In a sense, these poems are a little magazine conceived of and drafted in 2018 and 2019 when Gallagher was a poet-in-residence at the Heinrich Boll Cottage, on Achill Island, County Mayo, Ireland. In addition to a sequence on O’Reilly, the poems in this book engage the Irish landscape, and the history and myth that formed the identity of some of the Gallagher’s ancestors until British colonialism and associated famine took them to Massachusetts.
Kevin Gallagher’s new book begins with Irish myth and ends with his own myth, as he visits his father in a classically tinged underworld. Using a variety of poetic forms, Gallagher creates a blend of Irish-American family experience and Irish history that features both his father and a colorful nineteenth-century Irishman who ended up in America. This poetic blend of the poet’s imaginings, memories, and careful research is absorbing, entertaining, and enlightening. —Martha Collins, author of Because What Else Could I Do?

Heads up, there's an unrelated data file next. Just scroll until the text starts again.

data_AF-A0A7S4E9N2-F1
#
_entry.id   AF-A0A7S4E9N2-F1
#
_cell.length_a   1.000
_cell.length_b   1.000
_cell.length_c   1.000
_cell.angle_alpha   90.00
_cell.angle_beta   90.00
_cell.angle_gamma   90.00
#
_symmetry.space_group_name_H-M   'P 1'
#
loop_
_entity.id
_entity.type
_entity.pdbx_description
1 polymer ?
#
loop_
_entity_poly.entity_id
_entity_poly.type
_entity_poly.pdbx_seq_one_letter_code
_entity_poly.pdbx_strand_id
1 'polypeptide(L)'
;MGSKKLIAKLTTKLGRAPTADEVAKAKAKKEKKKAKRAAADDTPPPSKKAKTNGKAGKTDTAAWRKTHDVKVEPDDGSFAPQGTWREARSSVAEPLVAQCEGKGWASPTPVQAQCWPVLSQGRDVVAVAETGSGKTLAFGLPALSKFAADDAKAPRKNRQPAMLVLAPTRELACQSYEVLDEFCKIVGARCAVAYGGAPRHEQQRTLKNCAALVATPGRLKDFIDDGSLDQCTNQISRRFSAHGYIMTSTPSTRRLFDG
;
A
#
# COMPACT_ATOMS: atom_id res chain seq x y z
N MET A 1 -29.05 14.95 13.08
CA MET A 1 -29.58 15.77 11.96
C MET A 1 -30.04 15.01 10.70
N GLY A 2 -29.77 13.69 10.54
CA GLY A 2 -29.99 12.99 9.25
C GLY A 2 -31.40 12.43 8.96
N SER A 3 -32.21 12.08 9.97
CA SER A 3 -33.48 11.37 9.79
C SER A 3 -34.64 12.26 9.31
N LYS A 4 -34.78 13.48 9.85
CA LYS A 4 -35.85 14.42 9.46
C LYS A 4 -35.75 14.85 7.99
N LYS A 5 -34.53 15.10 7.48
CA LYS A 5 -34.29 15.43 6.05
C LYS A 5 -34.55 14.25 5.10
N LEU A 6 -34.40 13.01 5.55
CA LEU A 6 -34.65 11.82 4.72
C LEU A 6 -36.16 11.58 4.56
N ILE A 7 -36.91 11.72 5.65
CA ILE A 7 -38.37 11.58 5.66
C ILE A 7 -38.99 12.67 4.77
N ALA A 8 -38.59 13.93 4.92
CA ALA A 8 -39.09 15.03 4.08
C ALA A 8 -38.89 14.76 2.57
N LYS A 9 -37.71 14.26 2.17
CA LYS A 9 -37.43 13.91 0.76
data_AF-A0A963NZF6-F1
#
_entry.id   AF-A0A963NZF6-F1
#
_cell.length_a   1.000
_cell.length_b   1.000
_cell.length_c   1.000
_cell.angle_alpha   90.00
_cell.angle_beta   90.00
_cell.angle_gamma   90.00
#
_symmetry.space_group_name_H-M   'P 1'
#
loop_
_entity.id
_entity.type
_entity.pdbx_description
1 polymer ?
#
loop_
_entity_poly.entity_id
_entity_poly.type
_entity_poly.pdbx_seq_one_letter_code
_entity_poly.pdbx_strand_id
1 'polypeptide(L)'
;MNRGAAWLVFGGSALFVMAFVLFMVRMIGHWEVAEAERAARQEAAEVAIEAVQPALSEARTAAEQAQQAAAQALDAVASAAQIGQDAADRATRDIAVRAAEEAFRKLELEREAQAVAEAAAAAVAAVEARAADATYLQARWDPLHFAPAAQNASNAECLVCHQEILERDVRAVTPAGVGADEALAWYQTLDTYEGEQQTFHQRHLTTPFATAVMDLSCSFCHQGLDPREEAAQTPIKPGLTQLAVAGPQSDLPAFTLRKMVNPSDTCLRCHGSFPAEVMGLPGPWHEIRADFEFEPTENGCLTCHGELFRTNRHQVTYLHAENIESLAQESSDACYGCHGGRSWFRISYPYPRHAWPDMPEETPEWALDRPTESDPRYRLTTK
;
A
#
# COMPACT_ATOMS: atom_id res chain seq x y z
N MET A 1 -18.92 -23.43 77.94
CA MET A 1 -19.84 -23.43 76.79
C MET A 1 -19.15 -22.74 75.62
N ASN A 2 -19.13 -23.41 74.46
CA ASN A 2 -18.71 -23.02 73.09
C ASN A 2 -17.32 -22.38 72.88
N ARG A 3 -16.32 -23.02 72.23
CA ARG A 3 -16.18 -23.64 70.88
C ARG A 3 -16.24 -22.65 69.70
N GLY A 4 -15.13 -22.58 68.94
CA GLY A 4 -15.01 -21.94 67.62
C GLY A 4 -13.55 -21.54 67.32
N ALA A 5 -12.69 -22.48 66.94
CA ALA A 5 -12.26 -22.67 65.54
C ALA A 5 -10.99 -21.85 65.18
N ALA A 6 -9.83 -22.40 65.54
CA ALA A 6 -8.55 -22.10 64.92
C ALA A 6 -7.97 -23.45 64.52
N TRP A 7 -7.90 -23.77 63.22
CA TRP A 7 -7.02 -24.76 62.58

Kevin Gallagher shows us how his sense of an Irish identity is more than a hand-me-down, that it depends on an unflinching examination of the ways voices from the past—not all of them benevolent—shape who we are and how we see the world. Gallagher imagines an array of such voices, from figures in pre-Christian myths to historical figures who resisted British colonialism. The arc of the collection aims, however, toward the present, to the Irish-American experience as well as what the poet sees and hears in Ireland today. The culmination of The Wild Goose comes in a dream-vision in which the poet is granted access to the afterlife and meets his deceased father. Says that father to his grieving son: “Let me hear you talk. I’ll talk to you too.” Crystalline imagery and carefully crafted lyrics embody Gallagher’s difficult and demanding dialogue with the long and often painful story of the culture he comes from. —Fred Marchant, author of Said Not Said.